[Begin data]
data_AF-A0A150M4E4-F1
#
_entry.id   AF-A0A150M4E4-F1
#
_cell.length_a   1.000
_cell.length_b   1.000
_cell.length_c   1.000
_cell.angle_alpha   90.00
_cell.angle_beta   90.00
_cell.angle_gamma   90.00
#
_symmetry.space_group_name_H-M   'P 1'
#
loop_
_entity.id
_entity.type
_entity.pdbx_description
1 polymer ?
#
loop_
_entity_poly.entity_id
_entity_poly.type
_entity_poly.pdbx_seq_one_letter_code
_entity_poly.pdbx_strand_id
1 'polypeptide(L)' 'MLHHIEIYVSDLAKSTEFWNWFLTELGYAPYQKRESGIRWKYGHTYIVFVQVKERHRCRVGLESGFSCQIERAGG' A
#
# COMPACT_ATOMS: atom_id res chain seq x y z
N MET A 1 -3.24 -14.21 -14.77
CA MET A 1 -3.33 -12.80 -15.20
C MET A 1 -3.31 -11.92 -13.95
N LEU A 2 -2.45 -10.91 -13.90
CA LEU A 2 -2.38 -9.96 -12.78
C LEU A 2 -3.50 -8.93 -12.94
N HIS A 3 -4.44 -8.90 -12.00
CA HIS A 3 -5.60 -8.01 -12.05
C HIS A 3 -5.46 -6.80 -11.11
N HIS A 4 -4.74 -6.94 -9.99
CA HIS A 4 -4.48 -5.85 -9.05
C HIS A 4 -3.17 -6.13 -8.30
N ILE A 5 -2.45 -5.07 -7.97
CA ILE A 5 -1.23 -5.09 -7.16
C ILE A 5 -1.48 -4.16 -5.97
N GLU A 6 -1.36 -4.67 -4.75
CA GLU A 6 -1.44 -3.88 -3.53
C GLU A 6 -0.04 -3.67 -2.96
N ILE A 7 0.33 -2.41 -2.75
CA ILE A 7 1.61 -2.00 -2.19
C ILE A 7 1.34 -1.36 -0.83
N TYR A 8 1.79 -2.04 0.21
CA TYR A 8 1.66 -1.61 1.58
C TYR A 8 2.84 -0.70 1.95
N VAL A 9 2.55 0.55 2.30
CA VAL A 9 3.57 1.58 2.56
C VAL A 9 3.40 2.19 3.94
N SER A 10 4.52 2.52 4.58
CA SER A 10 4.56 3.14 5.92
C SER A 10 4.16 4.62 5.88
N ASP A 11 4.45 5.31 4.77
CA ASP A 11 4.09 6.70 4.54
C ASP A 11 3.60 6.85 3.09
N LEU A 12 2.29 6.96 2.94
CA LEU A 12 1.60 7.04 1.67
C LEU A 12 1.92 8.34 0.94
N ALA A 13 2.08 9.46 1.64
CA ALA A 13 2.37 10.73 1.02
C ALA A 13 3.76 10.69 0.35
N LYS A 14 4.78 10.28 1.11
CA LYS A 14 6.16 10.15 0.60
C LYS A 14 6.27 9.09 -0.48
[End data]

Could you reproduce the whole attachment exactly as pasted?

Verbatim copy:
data_AF-A0A150M4E4-F1
#
_entry.id   AF-A0A150M4E4-F1
#
_cell.length_a   1.000
_cell.length_b   1.000
_cell.length_c   1.000
_cell.angle_alpha   90.00
_cell.angle_beta   90.00
_cell.angle_gamma   90.00
#
_symmetry.space_group_name_H-M   'P 1'
#
loop_
_entity.id
_entity.type
_entity.pdbx_description
1 polymer ?
#
loop_
_entity_poly.entity_id
_entity_poly.type
_entity_poly.pdbx_seq_one_letter_code
_entity_poly.pdbx_strand_id
1 'polypeptide(L)' 'MLHHIEIYVSDLAKSTEFWNWFLTELGYAPYQKRESGIRWKYGHTYIVFVQVKERHRCRVGLESGFSCQIERAGG' A
#
# COMPACT_ATOMS: atom_id res chain seq x y z
N MET A 1 -3.24 -14.21 -14.77
CA MET A 1 -3.33 -12.80 -15.20
C MET A 1 -3.31 -11.92 -13.95
N LEU A 2 -2.45 -10.91 -13.90
CA LEU A 2 -2.38 -9.96 -12.78
C LEU A 2 -3.50 -8.93 -12.94
N HIS A 3 -4.44 -8.90 -12.00
CA HIS A 3 -5.60 -8.01 -12.05
C HIS A 3 -5.46 -6.80 -11.11
N HIS A 4 -4.74 -6.94 -9.99
CA HIS A 4 -4.48 -5.85 -9.05
C HIS A 4 -3.17 -6.13 -8.30
N ILE A 5 -2.45 -5.07 -7.97
CA ILE A 5 -1.23 -5.09 -7.16
C ILE A 5 -1.48 -4.16 -5.97
N GLU A 6 -1.36 -4.67 -4.75
CA GLU A 6 -1.44 -3.88 -3.53
C GLU A 6 -0.04 -3.67 -2.96
N ILE A 7 0.33 -2.41 -2.75
CA ILE A 7 1.61 -2.00 -2.19
C ILE A 7 1.34 -1.36 -0.83
N TYR A 8 1.79 -2.04 0.21
CA TYR A 8 1.66 -1.61 1.58
C TYR A 8 2.84 -0.70 1.95
N VAL A 9 2.55 0.55 2.30
CA VAL A 9 3.57 1.58 2.56
C VAL A 9 3.40 2.19 3.94
N SER A 10 4.52 2.52 4.58
CA SER A 10 4.56 3.14 5.92
C SER A 10 4.16 4.62 5.88
N ASP A 11 4.45 5.31 4.77
CA ASP A 11 4.09 6.70 4.54
C ASP A 11 3.60 6.85 3.09
N LEU A 12 2.29 6.96 2.94
CA LEU A 12 1.60 7.04 1.67
C LEU A 12 1.92 8.34 0.94
N ALA A 13 2.08 9.46 1.64
CA ALA A 13 2.37 10.73 1.02
C ALA A 13 3.76 10.69 0.35
N LYS A 14 4.78 10.28 1.11
CA LYS A 14 6.16 10.15 0.60
C LYS A 14 6.27 9.09 -0.48